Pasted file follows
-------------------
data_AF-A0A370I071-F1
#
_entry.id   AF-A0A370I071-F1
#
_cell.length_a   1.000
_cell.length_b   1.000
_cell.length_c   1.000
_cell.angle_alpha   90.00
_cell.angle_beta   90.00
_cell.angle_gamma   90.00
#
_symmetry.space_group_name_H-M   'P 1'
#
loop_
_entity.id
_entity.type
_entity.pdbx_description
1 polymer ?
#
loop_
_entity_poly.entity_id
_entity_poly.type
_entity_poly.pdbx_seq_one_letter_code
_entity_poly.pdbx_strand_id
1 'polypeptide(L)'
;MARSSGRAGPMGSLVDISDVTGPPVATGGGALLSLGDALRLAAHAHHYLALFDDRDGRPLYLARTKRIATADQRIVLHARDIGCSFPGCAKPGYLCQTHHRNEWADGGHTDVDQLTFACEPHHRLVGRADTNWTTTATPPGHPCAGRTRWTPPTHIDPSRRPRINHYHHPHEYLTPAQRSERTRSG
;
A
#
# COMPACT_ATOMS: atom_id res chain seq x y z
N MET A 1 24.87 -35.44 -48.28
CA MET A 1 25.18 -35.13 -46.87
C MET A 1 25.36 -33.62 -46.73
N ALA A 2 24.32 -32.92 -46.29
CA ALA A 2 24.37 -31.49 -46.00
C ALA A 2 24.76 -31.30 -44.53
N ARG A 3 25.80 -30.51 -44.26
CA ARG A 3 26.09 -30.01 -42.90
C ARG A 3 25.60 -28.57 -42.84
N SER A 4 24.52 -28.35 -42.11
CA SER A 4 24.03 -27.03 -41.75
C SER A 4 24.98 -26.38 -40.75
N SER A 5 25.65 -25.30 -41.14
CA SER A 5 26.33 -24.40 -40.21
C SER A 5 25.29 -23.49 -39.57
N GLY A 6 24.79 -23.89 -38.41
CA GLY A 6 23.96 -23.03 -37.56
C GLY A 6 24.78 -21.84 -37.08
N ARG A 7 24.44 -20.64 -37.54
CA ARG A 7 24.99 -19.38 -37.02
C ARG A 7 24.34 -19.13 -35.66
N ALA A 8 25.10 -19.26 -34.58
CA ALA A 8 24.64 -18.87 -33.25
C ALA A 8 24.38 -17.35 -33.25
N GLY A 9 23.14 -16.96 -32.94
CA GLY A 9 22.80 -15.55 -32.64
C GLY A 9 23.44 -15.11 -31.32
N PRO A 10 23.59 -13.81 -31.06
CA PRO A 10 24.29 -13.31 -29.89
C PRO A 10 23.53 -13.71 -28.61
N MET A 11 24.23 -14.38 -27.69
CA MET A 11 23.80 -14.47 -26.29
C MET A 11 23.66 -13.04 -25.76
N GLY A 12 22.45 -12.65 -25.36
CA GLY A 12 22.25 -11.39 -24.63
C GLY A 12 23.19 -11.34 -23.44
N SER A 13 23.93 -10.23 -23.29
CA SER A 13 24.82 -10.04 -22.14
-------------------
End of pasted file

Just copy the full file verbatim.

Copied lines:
data_AF-A0A370I071-F1
#
_entry.id   AF-A0A370I071-F1
#
_cell.length_a   1.000
_cell.length_b   1.000
_cell.length_c   1.000
_cell.angle_alpha   90.00
_cell.angle_beta   90.00
_cell.angle_gamma   90.00
#
_symmetry.space_group_name_H-M   'P 1'
#
loop_
_entity.id
_entity.type
_entity.pdbx_description
1 polymer ?
#
loop_
_entity_poly.entity_id
_entity_poly.type
_entity_poly.pdbx_seq_one_letter_code
_entity_poly.pdbx_strand_id
1 'polypeptide(L)'
;MARSSGRAGPMGSLVDISDVTGPPVATGGGALLSLGDALRLAAHAHHYLALFDDRDGRPLYLARTKRIATADQRIVLHARDIGCSFPGCAKPGYLCQTHHRNEWADGGHTDVDQLTFACEPHHRLVGRADTNWTTTATPPGHPCAGRTRWTPPTHIDPSRRPRINHYHHPHEYLTPAQRSERTRSG
;
A
#
# COMPACT_ATOMS: atom_id res chain seq x y z
N MET A 1 24.87 -35.44 -48.28
CA MET A 1 25.18 -35.13 -46.87
C MET A 1 25.36 -33.62 -46.73
N ALA A 2 24.32 -32.92 -46.29
CA ALA A 2 24.37 -31.49 -46.00
C ALA A 2 24.76 -31.30 -44.53
N ARG A 3 25.80 -30.51 -44.26
CA ARG A 3 26.09 -30.01 -42.90
C ARG A 3 25.60 -28.57 -42.84
N SER A 4 24.52 -28.35 -42.11
CA SER A 4 24.03 -27.03 -41.75
C SER A 4 24.98 -26.38 -40.75
N SER A 5 25.65 -25.30 -41.14
CA SER A 5 26.33 -24.40 -40.21
C SER A 5 25.29 -23.49 -39.57
N GLY A 6 24.79 -23.89 -38.41
CA GLY A 6 23.96 -23.03 -37.56
C GLY A 6 24.78 -21.84 -37.08
N ARG A 7 24.44 -20.64 -37.54
CA ARG A 7 24.99 -19.38 -37.02
C ARG A 7 24.34 -19.13 -35.66
N ALA A 8 25.10 -19.26 -34.58
CA ALA A 8 24.64 -18.87 -33.25
C ALA A 8 24.38 -17.35 -33.25
N GLY A 9 23.14 -16.96 -32.94
CA GLY A 9 22.80 -15.55 -32.64
C GLY A 9 23.44 -15.11 -31.32
N PRO A 10 23.59 -13.81 -31.06
CA PRO A 10 24.29 -13.31 -29.89
C PRO A 10 23.53 -13.71 -28.61
N MET A 11 24.23 -14.38 -27.69
CA MET A 11 23.80 -14.47 -26.29
C MET A 11 23.66 -13.04 -25.76
N GLY A 12 22.45 -12.65 -25.36
CA GLY A 12 22.25 -11.39 -24.63
C GLY A 12 23.19 -11.34 -23.44
N SER A 13 23.93 -10.23 -23.29
CA SER A 13 24.82 -10.04 -22.14